Remembering the '69 Senators
To understand the 1969 Washington Senators, think back to June 29, the first game of a double-header with Boston in sweltering RFK. The Senators entered the bottom of the ninth down two runs. Then they rallied, thanks to three walks, a sacrifice fly, a couple of fielder's choices, four Boston pitching changes, and two errors, with the game-winning run scoring on a botched double play. The Senators would go on to sweep the doubleheader, part of a six-game winning streak, en route to an 86-76 record that far exceeded 100-loss predictions.
In other words, the '69 Senators were just like the '09 Nats, except it was the other team's hot dogs exploding.
"It is almost like 40 years later, the total opposite," said Stephen Walker, whose book on the charmed '69 Senators, "A Whole New Ballgame," was published this spring. "I was thinking at the beginning of the year, maybe they'll catch fire like they did in '69. But it's been the total opposite. Whatever could go wrong, has gone wrong."
In the summer of '09, a city starved for a winner has gotten wan gruel filled with a few sparkly Froot Loops of Fail. In the summer of '69, a city starved for a winner got the Washington Senators' only winning season in a decade, a dash of celebrity with Ted Williams, 48 home runs from Frank Howard, a league-leading ERA from Dick Bosman, and a chant called the "Nasty Nats," which involved Howard jumping on a postgame clubhouse table wearing nothing but his towel, removing his false teeth, and leading his teammates in verse. The lyrics?
"I don't think they'd be printable in a family newspaper," Walker said. "Nobody would tell me what the lyrics were because they didn't want them to be in the book. I guess they got pretty nasty."
Whereas we get a Nasty Boy in the TV booth.
Walker, a Centreville native who turned 7 during that season, conceived of this project in 1996, when the government shutdown left him at home with nothing to do. He had been to his first Major League game in '69 and remembered the team capturing something in the city, some spirit of love and affection and excitement. So with the government telling him to stay away from the office, he started going to area libraries and digging through the archives.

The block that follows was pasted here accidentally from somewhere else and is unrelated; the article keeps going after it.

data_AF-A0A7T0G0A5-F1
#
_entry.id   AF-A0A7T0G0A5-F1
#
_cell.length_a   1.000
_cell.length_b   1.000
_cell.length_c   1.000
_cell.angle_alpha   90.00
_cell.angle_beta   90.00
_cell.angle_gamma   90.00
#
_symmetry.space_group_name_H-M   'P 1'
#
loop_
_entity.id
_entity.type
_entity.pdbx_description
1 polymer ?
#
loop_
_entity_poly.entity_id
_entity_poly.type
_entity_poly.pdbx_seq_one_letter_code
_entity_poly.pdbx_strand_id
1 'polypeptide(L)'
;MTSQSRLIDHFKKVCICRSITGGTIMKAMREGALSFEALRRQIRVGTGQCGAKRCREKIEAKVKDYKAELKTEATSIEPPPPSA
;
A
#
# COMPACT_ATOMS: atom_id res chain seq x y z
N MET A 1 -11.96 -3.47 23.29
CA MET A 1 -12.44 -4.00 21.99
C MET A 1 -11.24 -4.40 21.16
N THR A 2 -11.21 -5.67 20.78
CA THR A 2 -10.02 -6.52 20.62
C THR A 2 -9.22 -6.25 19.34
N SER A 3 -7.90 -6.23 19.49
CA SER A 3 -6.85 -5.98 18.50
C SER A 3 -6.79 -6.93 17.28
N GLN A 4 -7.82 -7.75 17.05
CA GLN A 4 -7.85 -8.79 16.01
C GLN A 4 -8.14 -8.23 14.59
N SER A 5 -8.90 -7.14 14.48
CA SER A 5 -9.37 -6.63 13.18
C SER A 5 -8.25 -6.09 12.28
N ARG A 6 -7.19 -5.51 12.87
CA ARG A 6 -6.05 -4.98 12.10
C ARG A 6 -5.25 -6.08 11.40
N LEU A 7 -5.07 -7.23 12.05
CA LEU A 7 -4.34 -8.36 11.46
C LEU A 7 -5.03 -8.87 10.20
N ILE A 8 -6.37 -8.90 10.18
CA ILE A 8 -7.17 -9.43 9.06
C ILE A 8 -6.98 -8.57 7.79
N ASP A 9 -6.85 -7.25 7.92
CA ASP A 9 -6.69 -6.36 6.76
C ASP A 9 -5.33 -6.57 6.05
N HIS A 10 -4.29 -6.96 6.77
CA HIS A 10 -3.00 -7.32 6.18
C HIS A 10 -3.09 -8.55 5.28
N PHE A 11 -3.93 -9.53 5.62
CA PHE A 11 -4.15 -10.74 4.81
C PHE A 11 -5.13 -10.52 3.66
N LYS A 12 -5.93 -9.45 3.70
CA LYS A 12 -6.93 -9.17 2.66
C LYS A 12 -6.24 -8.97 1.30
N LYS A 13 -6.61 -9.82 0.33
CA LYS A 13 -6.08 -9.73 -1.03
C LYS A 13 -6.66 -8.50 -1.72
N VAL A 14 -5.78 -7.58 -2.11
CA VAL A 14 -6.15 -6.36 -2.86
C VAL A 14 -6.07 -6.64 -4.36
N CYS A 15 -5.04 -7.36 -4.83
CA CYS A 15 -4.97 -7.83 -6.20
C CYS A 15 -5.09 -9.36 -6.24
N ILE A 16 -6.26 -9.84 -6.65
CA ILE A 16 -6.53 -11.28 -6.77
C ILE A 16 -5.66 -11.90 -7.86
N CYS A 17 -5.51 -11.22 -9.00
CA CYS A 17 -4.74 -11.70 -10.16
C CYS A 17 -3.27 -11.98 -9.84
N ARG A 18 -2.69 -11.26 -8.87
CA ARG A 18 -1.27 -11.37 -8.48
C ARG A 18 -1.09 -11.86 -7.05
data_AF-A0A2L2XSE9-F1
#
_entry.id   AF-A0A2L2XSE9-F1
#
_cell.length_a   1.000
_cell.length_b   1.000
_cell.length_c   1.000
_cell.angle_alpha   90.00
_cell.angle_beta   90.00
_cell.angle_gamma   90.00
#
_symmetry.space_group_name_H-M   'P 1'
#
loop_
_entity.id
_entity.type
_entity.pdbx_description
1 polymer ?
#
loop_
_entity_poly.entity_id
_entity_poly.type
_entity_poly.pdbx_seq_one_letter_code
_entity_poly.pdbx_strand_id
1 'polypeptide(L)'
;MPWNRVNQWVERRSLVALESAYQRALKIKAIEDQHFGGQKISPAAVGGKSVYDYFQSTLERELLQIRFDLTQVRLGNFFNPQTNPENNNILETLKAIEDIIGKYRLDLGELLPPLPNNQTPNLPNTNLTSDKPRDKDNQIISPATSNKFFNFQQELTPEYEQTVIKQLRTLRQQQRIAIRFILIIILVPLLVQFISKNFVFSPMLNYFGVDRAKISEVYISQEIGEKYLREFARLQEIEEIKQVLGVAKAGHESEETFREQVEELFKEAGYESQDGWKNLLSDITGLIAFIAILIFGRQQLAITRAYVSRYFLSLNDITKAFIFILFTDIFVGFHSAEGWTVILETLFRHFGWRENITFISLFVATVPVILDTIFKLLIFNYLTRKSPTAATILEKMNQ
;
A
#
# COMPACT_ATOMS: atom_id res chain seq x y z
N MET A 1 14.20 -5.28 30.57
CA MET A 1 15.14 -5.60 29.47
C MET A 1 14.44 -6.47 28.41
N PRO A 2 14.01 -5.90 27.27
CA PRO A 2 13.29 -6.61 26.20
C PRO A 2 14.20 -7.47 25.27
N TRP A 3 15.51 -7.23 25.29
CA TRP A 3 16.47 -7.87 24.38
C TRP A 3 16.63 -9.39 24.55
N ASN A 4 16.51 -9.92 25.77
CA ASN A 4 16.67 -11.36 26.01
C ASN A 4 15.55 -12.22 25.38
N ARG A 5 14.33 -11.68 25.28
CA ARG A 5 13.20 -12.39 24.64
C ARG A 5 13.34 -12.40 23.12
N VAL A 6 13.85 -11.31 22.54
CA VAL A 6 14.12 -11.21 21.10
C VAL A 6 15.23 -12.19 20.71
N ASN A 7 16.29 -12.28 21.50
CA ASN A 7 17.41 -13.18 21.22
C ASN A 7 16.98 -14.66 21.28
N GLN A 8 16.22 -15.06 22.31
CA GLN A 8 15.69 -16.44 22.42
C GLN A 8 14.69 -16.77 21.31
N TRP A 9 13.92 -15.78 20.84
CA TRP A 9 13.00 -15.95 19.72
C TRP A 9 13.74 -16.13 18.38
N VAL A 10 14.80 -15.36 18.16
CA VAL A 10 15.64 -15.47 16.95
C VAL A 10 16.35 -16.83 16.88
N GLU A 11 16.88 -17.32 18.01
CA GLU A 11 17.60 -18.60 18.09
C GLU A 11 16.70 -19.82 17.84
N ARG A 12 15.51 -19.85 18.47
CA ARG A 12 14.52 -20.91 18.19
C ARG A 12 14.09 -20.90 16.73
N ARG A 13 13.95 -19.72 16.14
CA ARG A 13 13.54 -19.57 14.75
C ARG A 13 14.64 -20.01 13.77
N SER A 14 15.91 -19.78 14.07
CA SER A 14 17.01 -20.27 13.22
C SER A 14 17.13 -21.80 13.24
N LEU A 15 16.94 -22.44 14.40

The project got shoved along during the team's 30th anniversary celebration, was put on hold for half a decade of child-rearing responsibilities, and shuddered back to life as this year's 40th anniversary approached. Walker interviewed around 20 players, coaches and support staff from the '69 team, woke up at 4:30 in the morning every day for a year to write, and collected stories like this: after constantly ribbing Howard about his fashion choices, teammates finally stowed away his wardrobe one day while he was in the shower. With fans waiting him out, Howard had the bat boys retrieve his car, left via a secret exit, and drove home in his underwear. And still, they kept winning, ending the season with eight wins in nine games.
"The town just fell in love with them," Walker told me. "What was magical was that they went so far above people's expectations. [Catcher] Jim French told me, you know, maybe we just got lucky that season. Things did break right for them."
Which brings us to, you know. The team of broken spirits.
"Oh, it's been awful," Walker said of the 40th anniversary team, the team that was supposed to help him sell books. "If you dream about a bizarre way to lose a game, it seems like it happens. But I'll ride it out with them....I think the main lesson is to hang in there. Sometimes when you least expect it, better days come."
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